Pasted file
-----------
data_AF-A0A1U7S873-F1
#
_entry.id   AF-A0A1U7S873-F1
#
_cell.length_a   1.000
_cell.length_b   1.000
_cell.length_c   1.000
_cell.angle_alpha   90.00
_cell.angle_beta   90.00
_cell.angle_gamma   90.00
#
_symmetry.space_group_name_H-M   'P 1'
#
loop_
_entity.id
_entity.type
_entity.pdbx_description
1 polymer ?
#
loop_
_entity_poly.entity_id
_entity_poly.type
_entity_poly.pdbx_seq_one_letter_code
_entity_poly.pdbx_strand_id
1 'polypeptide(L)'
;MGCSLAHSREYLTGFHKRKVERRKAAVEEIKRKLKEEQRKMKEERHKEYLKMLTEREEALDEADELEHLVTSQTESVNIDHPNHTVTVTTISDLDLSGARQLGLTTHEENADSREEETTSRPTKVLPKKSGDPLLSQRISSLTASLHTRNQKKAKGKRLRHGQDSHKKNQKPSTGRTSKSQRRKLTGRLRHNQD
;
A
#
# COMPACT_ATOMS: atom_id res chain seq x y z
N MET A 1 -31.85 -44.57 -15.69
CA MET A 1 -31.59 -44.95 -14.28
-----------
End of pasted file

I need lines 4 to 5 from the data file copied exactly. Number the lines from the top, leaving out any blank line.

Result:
#
_cell.length_a   1.000